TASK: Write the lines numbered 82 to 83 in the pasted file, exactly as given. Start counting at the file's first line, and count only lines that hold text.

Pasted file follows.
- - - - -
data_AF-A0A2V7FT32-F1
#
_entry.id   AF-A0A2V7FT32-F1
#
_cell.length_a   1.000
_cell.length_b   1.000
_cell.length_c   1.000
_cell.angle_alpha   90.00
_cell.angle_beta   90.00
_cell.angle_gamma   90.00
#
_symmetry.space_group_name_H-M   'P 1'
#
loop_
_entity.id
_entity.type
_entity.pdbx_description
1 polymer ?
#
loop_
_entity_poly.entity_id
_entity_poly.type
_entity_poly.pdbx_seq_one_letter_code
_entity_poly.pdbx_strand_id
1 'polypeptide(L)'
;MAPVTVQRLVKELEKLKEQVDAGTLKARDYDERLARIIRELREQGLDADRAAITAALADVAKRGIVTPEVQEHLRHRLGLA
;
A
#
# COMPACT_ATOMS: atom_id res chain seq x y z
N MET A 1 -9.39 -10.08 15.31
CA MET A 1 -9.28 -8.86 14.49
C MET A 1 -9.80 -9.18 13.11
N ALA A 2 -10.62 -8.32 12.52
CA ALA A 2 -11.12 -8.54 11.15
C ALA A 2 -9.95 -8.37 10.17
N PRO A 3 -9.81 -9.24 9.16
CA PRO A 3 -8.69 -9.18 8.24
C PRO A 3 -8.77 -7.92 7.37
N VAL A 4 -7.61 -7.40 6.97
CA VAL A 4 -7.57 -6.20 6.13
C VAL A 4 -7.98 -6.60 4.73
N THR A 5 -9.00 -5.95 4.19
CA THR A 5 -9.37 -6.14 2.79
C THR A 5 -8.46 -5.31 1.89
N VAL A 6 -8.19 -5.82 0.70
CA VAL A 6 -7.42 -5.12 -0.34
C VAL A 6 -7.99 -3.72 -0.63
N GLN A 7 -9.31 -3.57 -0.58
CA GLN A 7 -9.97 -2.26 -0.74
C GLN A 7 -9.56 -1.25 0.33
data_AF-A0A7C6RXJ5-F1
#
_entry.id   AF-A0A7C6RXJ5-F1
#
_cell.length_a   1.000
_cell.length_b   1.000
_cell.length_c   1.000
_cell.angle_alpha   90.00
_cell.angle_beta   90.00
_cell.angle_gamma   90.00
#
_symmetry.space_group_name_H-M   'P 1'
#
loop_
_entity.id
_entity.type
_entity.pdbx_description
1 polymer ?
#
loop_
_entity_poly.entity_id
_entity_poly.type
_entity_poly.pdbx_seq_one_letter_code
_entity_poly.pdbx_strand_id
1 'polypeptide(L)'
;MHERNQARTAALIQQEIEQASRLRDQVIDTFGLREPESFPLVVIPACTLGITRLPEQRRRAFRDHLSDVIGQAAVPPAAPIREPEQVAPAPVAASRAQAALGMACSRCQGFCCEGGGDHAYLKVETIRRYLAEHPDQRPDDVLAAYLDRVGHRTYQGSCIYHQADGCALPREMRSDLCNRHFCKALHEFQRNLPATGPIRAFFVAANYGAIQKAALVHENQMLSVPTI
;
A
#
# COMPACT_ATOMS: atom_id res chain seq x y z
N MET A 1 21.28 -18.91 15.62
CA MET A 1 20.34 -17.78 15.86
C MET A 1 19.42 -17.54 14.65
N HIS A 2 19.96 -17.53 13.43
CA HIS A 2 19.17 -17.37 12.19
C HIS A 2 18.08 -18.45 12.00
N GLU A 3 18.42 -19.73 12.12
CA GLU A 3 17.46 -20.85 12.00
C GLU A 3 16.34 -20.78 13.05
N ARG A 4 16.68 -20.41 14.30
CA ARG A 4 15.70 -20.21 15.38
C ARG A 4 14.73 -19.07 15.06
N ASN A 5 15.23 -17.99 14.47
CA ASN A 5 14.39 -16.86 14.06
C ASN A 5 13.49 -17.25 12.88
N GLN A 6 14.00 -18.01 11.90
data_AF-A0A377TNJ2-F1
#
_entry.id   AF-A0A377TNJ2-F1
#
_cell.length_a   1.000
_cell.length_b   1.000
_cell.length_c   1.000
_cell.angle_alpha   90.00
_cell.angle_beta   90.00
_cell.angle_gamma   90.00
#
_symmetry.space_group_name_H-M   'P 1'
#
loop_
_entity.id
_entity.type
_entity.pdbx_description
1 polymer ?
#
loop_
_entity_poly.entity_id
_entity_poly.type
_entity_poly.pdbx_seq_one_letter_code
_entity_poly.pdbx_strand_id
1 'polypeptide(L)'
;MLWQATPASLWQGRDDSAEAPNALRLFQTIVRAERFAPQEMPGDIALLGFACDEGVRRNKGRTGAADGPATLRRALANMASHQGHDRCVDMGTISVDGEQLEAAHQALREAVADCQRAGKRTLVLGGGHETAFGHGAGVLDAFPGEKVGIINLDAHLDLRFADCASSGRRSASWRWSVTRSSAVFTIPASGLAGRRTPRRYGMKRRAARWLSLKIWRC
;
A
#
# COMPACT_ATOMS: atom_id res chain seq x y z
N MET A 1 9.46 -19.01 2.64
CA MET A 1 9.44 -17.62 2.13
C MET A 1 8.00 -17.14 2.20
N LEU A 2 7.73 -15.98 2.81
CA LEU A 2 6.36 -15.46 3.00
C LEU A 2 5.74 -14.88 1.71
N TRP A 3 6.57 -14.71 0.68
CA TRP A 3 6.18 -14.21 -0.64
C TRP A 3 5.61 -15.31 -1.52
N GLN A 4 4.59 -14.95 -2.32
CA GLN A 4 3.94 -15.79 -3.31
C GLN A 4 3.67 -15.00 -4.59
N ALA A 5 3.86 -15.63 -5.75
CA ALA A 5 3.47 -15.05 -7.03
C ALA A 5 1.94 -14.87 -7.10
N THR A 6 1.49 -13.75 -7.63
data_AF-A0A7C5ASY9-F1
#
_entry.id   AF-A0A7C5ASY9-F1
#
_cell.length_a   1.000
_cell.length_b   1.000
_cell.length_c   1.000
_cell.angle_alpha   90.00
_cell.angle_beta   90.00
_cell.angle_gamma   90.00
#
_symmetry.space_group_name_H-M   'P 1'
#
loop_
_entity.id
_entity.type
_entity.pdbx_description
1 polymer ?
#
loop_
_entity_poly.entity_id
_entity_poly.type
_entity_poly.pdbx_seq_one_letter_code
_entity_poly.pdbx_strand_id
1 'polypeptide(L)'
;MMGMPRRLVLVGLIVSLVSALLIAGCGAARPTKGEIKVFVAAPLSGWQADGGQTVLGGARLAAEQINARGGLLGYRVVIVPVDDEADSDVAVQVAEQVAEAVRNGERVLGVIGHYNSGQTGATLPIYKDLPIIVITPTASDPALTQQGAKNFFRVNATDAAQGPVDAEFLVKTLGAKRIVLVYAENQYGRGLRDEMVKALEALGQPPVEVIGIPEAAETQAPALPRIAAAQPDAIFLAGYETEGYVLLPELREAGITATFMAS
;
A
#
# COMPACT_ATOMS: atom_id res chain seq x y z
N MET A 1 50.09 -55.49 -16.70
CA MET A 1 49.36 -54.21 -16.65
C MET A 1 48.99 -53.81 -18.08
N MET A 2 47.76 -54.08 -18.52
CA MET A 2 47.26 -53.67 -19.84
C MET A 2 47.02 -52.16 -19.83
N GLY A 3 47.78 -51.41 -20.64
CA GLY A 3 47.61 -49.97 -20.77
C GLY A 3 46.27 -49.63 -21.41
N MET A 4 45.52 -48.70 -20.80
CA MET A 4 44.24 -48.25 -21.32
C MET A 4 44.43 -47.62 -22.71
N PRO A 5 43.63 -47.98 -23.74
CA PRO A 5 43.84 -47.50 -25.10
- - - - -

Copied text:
N MET A 1 21.28 -18.91 15.62
CA MET A 1 20.34 -17.78 15.86